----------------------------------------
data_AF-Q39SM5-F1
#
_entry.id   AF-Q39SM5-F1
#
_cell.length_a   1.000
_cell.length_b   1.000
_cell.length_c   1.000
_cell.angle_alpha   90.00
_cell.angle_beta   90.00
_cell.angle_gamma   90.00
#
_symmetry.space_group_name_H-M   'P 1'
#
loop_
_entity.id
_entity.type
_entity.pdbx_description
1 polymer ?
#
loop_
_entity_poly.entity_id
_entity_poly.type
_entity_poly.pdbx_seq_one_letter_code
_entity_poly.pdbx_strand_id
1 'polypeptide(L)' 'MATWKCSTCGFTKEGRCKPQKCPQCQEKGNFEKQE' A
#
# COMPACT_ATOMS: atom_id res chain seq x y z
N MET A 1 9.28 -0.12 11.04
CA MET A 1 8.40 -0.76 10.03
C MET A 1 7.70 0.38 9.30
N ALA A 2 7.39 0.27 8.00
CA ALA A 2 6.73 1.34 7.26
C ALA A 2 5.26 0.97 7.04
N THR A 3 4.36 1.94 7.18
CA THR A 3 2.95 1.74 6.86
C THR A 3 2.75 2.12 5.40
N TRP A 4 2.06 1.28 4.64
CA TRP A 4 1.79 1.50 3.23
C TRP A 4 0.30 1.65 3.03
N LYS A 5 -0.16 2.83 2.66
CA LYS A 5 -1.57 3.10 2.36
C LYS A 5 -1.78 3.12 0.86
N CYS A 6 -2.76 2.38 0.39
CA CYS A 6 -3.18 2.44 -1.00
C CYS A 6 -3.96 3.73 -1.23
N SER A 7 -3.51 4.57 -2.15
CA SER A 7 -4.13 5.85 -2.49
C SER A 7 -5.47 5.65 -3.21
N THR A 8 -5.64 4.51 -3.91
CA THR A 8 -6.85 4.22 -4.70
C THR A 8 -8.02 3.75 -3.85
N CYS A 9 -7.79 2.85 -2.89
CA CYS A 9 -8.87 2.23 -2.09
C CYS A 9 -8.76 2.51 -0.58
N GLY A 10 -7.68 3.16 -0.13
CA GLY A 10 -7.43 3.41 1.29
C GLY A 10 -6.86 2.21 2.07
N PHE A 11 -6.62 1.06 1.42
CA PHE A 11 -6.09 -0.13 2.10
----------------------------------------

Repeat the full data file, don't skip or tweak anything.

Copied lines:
data_AF-Q39SM5-F1
#
_entry.id   AF-Q39SM5-F1
#
_cell.length_a   1.000
_cell.length_b   1.000
_cell.length_c   1.000
_cell.angle_alpha   90.00
_cell.angle_beta   90.00
_cell.angle_gamma   90.00
#
_symmetry.space_group_name_H-M   'P 1'
#
loop_
_entity.id
_entity.type
_entity.pdbx_description
1 polymer ?
#
loop_
_entity_poly.entity_id
_entity_poly.type
_entity_poly.pdbx_seq_one_letter_code
_entity_poly.pdbx_strand_id
1 'polypeptide(L)' 'MATWKCSTCGFTKEGRCKPQKCPQCQEKGNFEKQE' A
#
# COMPACT_ATOMS: atom_id res chain seq x y z
N MET A 1 9.28 -0.12 11.04
CA MET A 1 8.40 -0.76 10.03
C MET A 1 7.70 0.38 9.30
N ALA A 2 7.39 0.27 8.00
CA ALA A 2 6.73 1.34 7.26
C ALA A 2 5.26 0.97 7.04
N THR A 3 4.36 1.94 7.18
CA THR A 3 2.95 1.74 6.86
C THR A 3 2.75 2.12 5.40
N TRP A 4 2.06 1.28 4.64
CA TRP A 4 1.79 1.50 3.23
C TRP A 4 0.30 1.65 3.03
N LYS A 5 -0.16 2.83 2.66
CA LYS A 5 -1.57 3.10 2.36
C LYS A 5 -1.78 3.12 0.86
N CYS A 6 -2.76 2.38 0.39
CA CYS A 6 -3.18 2.44 -1.00
C CYS A 6 -3.96 3.73 -1.23
N SER A 7 -3.51 4.57 -2.15
CA SER A 7 -4.13 5.85 -2.49
C SER A 7 -5.47 5.65 -3.21
N THR A 8 -5.64 4.51 -3.91
CA THR A 8 -6.85 4.22 -4.70
C THR A 8 -8.02 3.75 -3.85
N CYS A 9 -7.79 2.85 -2.89
CA CYS A 9 -8.87 2.23 -2.09
C CYS A 9 -8.76 2.51 -0.58
N GLY A 10 -7.68 3.16 -0.13
CA GLY A 10 -7.43 3.41 1.29
C GLY A 10 -6.86 2.21 2.07
N PHE A 11 -6.62 1.06 1.42
CA PHE A 11 -6.09 -0.13 2.10